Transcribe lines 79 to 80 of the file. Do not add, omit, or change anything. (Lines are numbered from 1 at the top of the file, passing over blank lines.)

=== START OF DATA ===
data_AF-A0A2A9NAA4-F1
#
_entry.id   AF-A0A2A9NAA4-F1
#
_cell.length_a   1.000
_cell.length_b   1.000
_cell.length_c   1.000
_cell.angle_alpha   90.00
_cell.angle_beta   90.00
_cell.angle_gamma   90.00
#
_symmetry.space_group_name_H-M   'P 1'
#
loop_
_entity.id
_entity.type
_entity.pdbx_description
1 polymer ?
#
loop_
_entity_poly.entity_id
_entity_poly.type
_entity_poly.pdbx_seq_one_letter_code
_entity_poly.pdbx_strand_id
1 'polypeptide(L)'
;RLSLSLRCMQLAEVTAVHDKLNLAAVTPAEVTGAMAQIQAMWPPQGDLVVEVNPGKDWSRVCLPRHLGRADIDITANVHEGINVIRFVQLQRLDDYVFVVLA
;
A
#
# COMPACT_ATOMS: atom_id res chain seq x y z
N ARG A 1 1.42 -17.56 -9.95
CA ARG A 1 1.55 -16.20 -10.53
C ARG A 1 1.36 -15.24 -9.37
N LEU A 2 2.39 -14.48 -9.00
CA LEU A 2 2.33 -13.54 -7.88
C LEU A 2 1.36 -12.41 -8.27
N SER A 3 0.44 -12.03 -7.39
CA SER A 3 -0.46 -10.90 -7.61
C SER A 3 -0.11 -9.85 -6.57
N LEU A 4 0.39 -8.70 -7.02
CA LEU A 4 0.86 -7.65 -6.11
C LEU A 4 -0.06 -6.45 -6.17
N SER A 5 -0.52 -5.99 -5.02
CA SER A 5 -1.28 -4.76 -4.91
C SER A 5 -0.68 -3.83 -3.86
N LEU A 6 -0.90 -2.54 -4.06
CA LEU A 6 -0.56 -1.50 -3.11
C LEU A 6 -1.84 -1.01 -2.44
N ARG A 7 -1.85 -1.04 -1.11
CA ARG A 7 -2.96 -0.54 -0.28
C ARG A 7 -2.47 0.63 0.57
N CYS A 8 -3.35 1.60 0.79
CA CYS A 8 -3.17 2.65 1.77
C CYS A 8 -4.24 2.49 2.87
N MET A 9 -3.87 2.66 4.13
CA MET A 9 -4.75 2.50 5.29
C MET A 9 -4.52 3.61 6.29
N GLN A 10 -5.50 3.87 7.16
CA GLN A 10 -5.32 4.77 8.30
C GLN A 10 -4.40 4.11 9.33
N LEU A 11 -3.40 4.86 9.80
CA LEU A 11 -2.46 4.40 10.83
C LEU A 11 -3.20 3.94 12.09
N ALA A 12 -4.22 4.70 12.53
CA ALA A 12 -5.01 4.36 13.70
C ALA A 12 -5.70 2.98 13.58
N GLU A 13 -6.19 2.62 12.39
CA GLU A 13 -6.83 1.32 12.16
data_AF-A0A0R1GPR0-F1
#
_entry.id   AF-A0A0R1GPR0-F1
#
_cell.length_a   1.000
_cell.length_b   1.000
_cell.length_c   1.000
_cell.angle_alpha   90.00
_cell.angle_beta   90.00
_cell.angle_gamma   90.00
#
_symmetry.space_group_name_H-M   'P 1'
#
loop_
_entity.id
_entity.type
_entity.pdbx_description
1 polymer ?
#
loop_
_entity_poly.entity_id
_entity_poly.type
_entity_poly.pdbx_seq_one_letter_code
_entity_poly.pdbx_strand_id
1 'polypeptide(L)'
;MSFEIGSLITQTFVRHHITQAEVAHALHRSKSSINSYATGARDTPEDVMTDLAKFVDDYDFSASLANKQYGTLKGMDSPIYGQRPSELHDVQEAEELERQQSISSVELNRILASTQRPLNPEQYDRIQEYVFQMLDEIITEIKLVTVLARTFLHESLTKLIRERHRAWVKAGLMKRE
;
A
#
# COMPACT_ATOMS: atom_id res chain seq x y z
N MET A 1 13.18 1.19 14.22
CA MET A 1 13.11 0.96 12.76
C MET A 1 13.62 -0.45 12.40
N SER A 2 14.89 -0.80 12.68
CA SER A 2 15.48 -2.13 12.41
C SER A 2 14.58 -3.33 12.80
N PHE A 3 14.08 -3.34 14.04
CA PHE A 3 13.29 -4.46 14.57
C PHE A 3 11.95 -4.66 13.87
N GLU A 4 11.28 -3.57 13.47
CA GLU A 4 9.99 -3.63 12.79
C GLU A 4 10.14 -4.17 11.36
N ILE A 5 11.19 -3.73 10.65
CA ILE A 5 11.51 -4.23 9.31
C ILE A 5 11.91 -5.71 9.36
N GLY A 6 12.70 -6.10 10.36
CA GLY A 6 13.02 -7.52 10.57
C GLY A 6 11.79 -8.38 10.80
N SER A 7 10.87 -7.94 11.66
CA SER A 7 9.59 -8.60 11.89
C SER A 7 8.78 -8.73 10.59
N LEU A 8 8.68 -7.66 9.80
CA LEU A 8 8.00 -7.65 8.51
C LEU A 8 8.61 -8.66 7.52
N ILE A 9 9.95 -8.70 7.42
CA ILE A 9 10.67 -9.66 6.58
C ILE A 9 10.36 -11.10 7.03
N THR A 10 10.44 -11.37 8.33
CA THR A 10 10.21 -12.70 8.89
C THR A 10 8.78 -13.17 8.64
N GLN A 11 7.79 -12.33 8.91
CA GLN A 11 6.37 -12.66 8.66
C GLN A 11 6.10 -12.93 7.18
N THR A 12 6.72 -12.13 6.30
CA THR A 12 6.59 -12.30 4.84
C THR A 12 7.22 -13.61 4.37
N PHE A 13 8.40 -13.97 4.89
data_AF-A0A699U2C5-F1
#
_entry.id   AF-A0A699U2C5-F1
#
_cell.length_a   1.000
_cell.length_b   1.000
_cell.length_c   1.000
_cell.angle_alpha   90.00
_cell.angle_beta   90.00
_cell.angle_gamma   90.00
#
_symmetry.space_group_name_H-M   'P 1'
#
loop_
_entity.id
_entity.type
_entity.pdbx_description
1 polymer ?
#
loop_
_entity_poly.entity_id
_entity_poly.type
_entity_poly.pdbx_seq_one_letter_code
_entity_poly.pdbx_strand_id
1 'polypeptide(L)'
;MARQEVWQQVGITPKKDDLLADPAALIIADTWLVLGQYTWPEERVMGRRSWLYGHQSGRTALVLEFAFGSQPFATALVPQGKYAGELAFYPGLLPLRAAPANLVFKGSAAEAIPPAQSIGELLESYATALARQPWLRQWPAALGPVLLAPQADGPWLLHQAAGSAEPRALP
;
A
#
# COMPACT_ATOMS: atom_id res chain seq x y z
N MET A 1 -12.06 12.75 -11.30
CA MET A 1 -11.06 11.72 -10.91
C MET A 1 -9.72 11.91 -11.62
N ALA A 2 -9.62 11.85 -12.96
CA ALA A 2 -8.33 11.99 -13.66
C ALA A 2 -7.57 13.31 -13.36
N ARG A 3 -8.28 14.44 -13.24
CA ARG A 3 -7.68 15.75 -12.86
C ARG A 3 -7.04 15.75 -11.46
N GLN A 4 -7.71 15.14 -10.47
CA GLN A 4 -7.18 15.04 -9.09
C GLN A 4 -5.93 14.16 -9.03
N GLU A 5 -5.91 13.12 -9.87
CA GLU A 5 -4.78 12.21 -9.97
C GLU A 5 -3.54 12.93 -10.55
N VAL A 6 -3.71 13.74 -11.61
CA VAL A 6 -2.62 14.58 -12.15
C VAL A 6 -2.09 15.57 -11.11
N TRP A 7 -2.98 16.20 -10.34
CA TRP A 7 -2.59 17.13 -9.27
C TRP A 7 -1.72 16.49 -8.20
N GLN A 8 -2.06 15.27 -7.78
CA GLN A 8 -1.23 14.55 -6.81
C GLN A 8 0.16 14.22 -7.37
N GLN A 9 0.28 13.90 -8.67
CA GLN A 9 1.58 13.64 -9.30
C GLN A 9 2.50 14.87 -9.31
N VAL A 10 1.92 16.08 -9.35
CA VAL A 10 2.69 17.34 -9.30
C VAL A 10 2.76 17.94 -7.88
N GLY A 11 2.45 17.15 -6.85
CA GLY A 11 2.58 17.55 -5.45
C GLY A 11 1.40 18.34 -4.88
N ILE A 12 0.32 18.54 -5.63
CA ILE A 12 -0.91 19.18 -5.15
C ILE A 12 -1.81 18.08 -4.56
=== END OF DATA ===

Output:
#
_symmetry.space_group_name_H-M   'P 1'